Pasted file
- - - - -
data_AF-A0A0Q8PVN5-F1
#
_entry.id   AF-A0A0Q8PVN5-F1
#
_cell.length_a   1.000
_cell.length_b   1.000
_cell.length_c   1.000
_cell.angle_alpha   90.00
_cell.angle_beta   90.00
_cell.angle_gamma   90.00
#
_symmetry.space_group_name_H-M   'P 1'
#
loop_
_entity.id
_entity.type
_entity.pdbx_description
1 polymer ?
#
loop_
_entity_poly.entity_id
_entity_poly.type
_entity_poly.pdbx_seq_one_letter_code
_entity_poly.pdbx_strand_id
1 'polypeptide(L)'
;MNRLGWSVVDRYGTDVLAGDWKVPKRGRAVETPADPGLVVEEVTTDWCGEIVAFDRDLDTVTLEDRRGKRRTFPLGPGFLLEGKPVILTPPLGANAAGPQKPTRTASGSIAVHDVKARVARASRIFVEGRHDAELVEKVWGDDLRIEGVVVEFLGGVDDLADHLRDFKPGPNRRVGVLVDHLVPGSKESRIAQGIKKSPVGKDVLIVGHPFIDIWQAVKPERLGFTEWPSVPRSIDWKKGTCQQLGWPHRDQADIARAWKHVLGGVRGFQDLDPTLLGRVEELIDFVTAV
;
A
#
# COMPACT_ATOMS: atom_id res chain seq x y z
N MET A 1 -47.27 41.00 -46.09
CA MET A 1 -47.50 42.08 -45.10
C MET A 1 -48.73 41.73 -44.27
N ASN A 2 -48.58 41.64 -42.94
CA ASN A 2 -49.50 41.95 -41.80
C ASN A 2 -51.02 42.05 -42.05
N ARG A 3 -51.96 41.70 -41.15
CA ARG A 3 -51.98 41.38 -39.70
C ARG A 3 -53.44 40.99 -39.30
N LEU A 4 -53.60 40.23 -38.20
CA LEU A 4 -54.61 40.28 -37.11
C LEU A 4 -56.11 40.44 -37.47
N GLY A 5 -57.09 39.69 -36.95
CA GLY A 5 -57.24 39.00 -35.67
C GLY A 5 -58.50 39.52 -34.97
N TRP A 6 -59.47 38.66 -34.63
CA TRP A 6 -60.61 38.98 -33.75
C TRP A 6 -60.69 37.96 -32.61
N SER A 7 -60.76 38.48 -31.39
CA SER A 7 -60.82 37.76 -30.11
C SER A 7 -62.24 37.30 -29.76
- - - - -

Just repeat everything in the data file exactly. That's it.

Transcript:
data_AF-A0A0Q8PVN5-F1
#
_entry.id   AF-A0A0Q8PVN5-F1
#
_cell.length_a   1.000
_cell.length_b   1.000
_cell.length_c   1.000
_cell.angle_alpha   90.00
_cell.angle_beta   90.00
_cell.angle_gamma   90.00
#
_symmetry.space_group_name_H-M   'P 1'
#
loop_
_entity.id
_entity.type
_entity.pdbx_description
1 polymer ?
#
loop_
_entity_poly.entity_id
_entity_poly.type
_entity_poly.pdbx_seq_one_letter_code
_entity_poly.pdbx_strand_id
1 'polypeptide(L)'
;MNRLGWSVVDRYGTDVLAGDWKVPKRGRAVETPADPGLVVEEVTTDWCGEIVAFDRDLDTVTLEDRRGKRRTFPLGPGFLLEGKPVILTPPLGANAAGPQKPTRTASGSIAVHDVKARVARASRIFVEGRHDAELVEKVWGDDLRIEGVVVEFLGGVDDLADHLRDFKPGPNRRVGVLVDHLVPGSKESRIAQGIKKSPVGKDVLIVGHPFIDIWQAVKPERLGFTEWPSVPRSIDWKKGTCQQLGWPHRDQADIARAWKHVLGGVRGFQDLDPTLLGRVEELIDFVTAV
;
A
#
# COMPACT_ATOMS: atom_id res chain seq x y z
N MET A 1 -47.27 41.00 -46.09
CA MET A 1 -47.50 42.08 -45.10
C MET A 1 -48.73 41.73 -44.27
N ASN A 2 -48.58 41.64 -42.94
CA ASN A 2 -49.50 41.95 -41.80
C ASN A 2 -51.02 42.05 -42.05
N ARG A 3 -51.96 41.70 -41.15
CA ARG A 3 -51.98 41.38 -39.70
C ARG A 3 -53.44 40.99 -39.30
N LEU A 4 -53.60 40.23 -38.20
CA LEU A 4 -54.61 40.28 -37.11
C LEU A 4 -56.11 40.44 -37.47
N GLY A 5 -57.09 39.69 -36.95
CA GLY A 5 -57.24 39.00 -35.67
C GLY A 5 -58.50 39.52 -34.97
N TRP A 6 -59.47 38.66 -34.63
CA TRP A 6 -60.61 38.98 -33.75
C TRP A 6 -60.69 37.96 -32.61
N SER A 7 -60.76 38.48 -31.39
CA SER A 7 -60.82 37.76 -30.11
C SER A 7 -62.24 37.30 -29.76